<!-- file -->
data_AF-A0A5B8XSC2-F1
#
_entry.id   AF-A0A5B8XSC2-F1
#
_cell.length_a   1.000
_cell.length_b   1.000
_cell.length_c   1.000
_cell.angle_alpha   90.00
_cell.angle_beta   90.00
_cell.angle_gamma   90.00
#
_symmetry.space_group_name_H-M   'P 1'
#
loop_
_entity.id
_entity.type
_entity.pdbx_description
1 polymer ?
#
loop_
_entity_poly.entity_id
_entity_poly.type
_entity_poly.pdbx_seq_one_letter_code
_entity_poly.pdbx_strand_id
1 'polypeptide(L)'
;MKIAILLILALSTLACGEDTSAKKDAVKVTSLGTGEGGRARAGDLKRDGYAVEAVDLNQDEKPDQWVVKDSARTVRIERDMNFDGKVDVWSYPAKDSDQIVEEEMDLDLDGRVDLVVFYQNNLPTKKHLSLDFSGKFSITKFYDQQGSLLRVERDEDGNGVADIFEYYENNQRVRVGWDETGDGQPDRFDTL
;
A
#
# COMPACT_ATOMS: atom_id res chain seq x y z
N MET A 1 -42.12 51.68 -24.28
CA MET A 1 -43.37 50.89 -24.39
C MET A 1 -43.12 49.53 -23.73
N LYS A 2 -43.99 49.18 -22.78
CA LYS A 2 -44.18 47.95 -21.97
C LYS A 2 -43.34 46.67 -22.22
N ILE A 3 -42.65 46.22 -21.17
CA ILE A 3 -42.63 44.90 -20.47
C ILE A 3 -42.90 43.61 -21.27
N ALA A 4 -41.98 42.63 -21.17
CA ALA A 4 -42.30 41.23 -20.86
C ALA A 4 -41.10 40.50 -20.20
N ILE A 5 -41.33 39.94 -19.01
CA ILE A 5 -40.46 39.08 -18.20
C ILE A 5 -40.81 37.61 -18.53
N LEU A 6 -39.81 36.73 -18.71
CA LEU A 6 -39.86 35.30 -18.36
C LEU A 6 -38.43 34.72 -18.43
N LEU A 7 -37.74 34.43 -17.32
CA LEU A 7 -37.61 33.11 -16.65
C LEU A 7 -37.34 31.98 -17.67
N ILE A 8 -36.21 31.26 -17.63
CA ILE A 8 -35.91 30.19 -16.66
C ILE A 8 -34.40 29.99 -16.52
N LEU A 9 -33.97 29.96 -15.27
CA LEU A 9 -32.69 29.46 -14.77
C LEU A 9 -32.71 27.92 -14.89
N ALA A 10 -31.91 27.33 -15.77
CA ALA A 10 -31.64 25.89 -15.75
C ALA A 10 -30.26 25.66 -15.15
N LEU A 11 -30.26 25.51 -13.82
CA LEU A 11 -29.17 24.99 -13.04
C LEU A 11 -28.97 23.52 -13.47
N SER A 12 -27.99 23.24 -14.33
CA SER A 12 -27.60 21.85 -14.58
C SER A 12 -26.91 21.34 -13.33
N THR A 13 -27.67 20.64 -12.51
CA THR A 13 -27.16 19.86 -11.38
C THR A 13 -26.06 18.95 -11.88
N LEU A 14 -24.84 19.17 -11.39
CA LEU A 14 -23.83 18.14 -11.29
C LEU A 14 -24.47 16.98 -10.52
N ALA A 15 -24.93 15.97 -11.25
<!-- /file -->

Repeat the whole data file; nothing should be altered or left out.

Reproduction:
data_AF-A0A5B8XSC2-F1
#
_entry.id   AF-A0A5B8XSC2-F1
#
_cell.length_a   1.000
_cell.length_b   1.000
_cell.length_c   1.000
_cell.angle_alpha   90.00
_cell.angle_beta   90.00
_cell.angle_gamma   90.00
#
_symmetry.space_group_name_H-M   'P 1'
#
loop_
_entity.id
_entity.type
_entity.pdbx_description
1 polymer ?
#
loop_
_entity_poly.entity_id
_entity_poly.type
_entity_poly.pdbx_seq_one_letter_code
_entity_poly.pdbx_strand_id
1 'polypeptide(L)'
;MKIAILLILALSTLACGEDTSAKKDAVKVTSLGTGEGGRARAGDLKRDGYAVEAVDLNQDEKPDQWVVKDSARTVRIERDMNFDGKVDVWSYPAKDSDQIVEEEMDLDLDGRVDLVVFYQNNLPTKKHLSLDFSGKFSITKFYDQQGSLLRVERDEDGNGVADIFEYYENNQRVRVGWDETGDGQPDRFDTL
;
A
#
# COMPACT_ATOMS: atom_id res chain seq x y z
N MET A 1 -42.12 51.68 -24.28
CA MET A 1 -43.37 50.89 -24.39
C MET A 1 -43.12 49.53 -23.73
N LYS A 2 -43.99 49.18 -22.78
CA LYS A 2 -44.18 47.95 -21.97
C LYS A 2 -43.34 46.67 -22.22
N ILE A 3 -42.65 46.22 -21.17
CA ILE A 3 -42.63 44.90 -20.47
C ILE A 3 -42.90 43.61 -21.27
N ALA A 4 -41.98 42.63 -21.17
CA ALA A 4 -42.30 41.23 -20.86
C ALA A 4 -41.10 40.50 -20.20
N ILE A 5 -41.33 39.94 -19.01
CA ILE A 5 -40.46 39.08 -18.20
C ILE A 5 -40.81 37.61 -18.53
N LEU A 6 -39.81 36.73 -18.71
CA LEU A 6 -39.86 35.30 -18.36
C LEU A 6 -38.43 34.72 -18.43
N LEU A 7 -37.74 34.43 -17.32
CA LEU A 7 -37.61 33.11 -16.65
C LEU A 7 -37.34 31.98 -17.67
N ILE A 8 -36.21 31.26 -17.63
CA ILE A 8 -35.91 30.19 -16.66
C ILE A 8 -34.40 29.99 -16.52
N LEU A 9 -33.97 29.96 -15.27
CA LEU A 9 -32.69 29.46 -14.77
C LEU A 9 -32.71 27.92 -14.89
N ALA A 10 -31.91 27.33 -15.77
CA ALA A 10 -31.64 25.89 -15.75
C ALA A 10 -30.26 25.66 -15.15
N LEU A 11 -30.26 25.51 -13.82
CA LEU A 11 -29.17 24.99 -13.04
C LEU A 11 -28.97 23.52 -13.47
N SER A 12 -27.99 23.24 -14.33
CA SER A 12 -27.60 21.85 -14.58
C SER A 12 -26.91 21.34 -13.33
N THR A 13 -27.67 20.64 -12.51
CA THR A 13 -27.16 19.86 -11.38
C THR A 13 -26.06 18.95 -11.88
N LEU A 14 -24.84 19.17 -11.39
CA LEU A 14 -23.83 18.14 -11.29
C LEU A 14 -24.47 16.98 -10.52
N ALA A 15 -24.93 15.97 -11.25